One of the greatest joys in my work as an editor over the years has been finding top-notch travel writers with whom I later developed long-term relationships. My quest to find local travel writers in Colorado to hire as permanent columnists for The Denver Post began with my simply looking around online for people who were covering the state. I wanted writers and photographers who came off as experts in the unique features of our area, and I knew that their expertise would be invaluable to my readers.
Eventually I found four writers, all of whom also had become proficient at photography, and I hired them to write one column a month each for the paper’s travel section—a gig that continues for all of them to this day. They came from varied backgrounds: an elite athlete who relished backcountry adventures; a “retired” gentleman who sought out more easygoing trips that still promised some exercise, including skiing and hiking; a teacher and dad who speaks fluent Spanish and longed to showcase the effects of South and Central America on the Southwestern and Western parts of the U.S; and a mom of four who had made her name as a “Vacation Gal,” specializing in multi-generational and girlfriend travel.
They had one critical thing in common, though—because they’d all started out focusing on where they lived as the subject of their blogs and the smattering of travel stories they had written for online publications, they were able to showcase their talents without spending much money or expending much time and energy.
Here’s why writing local content can be the fast track to publication for you, too:
Local content is the fastest, cheapest way to publication
The best part about covering your hometown is that you don’t have to pay to go anywhere—you can walk out your front door and find all the fun after just a quick bus ride or short drive. There’s no need to have your passport updated or get additional immunizations, and no one has to get you to the airport, or water your plants or feed your dog while you’re gone.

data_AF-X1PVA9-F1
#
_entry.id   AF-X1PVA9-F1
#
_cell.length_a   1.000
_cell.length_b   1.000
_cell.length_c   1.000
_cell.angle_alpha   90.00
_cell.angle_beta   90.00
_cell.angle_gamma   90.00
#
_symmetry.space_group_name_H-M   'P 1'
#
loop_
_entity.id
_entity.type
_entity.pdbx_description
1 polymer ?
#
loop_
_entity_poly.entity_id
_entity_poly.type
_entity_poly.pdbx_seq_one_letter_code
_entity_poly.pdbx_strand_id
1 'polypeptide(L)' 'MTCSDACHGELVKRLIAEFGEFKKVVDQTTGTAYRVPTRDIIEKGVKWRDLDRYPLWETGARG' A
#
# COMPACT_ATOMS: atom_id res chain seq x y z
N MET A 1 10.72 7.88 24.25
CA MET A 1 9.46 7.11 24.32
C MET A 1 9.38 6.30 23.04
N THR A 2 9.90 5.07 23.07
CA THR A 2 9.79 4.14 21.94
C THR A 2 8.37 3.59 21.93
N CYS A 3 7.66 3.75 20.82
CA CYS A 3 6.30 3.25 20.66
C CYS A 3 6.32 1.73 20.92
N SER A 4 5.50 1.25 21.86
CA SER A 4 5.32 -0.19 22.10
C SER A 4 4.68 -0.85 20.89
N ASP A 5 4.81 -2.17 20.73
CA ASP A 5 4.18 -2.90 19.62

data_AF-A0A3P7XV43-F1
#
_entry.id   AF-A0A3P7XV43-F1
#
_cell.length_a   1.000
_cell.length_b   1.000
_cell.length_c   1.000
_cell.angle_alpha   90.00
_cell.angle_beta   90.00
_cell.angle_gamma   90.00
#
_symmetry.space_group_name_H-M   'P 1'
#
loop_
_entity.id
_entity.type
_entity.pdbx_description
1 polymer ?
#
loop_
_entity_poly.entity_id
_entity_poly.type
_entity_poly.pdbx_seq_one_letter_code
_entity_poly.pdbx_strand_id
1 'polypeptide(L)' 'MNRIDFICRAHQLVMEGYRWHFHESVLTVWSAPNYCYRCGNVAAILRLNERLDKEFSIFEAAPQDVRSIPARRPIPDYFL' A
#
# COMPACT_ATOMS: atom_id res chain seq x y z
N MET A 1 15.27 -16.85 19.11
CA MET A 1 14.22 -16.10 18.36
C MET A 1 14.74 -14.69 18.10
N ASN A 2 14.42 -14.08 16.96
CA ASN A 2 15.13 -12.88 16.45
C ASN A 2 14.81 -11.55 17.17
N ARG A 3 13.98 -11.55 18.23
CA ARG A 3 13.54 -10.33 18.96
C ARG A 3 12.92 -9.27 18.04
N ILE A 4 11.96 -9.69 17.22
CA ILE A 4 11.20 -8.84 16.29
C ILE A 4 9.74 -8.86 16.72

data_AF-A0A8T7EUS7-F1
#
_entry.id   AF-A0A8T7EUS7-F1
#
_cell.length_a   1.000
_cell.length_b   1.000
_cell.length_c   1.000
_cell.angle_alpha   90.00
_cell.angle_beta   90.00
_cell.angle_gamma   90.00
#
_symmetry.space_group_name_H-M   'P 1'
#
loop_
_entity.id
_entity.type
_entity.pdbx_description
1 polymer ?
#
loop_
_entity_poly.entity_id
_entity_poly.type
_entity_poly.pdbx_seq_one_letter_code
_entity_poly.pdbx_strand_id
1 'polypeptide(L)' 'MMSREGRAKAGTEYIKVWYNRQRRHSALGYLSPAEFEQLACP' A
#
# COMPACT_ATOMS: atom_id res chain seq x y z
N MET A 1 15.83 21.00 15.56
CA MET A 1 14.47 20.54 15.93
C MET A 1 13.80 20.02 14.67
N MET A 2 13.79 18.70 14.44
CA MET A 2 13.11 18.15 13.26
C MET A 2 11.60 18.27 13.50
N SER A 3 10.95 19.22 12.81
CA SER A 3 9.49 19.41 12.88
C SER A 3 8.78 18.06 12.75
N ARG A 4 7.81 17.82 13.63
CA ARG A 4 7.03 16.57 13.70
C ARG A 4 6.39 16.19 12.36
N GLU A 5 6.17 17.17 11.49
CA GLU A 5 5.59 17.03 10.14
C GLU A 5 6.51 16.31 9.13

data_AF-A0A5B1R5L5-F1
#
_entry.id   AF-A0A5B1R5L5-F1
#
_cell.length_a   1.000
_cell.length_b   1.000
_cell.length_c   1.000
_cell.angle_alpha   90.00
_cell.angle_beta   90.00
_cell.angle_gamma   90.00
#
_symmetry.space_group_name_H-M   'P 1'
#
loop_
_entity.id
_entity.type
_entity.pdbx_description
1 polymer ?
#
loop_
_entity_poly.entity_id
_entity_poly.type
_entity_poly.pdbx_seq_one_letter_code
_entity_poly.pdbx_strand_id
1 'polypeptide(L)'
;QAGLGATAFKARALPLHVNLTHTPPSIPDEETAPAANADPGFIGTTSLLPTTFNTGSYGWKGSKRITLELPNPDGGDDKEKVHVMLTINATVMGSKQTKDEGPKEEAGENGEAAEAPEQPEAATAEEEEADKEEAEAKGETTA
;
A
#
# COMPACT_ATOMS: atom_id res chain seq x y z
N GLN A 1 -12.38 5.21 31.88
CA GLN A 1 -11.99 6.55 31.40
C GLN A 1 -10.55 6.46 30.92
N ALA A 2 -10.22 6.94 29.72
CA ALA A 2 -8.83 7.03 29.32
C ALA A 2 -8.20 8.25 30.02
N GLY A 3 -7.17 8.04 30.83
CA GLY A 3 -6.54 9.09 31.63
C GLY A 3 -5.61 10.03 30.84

Also, when you write and photograph your hometown, you’re right there and in the perfect position to get an updated photo or make a phone call to find out hours. If you forget to take notes about a key aspect of the place, it’s not going to take a translator or require awakening in the middle of the night to contact a city 10 time zones away to follow up.
Finally, editors understand and appreciate the value of local writers and are more likely to respond when you pitch them. Once you have a couple of stories published, they’re usually eager to continue working with you, and they tend to recommend you to other editors, too.
Local content features your best recommendations
This is why you come off as such an expert when you write about your own area: Because you have an in-depth understanding of the ins and outs of the experiences available where you live and work, you can direct folks toward the top activities, the finest meals, and the easiest way to experience it all.
This kind of insider outlook is invaluable, because editors are always on the lookout for tips that ring true—you have been able to compare various experiences, and that gives you the authority to share your thoughts.
Local content allows you to be confident
When you write about what you know well, your credibility is obvious. You’re able to present information in an in-the-know way, with tips and tricks that can come only from an intimate knowledge of a place.
In addition, when you focus on the familiar, you can easily call upon your experiences to describe meals, trails, museums, you name it—all of those things that you’re already recommending to your friends at parties and on Facebook.
In this case, though, you’re getting paid to share your thoughts, and as with the writers I hired, that can lead to long-term relationships with editors, and ultimately the sweet travel perks that are offered only to established writers and photographers.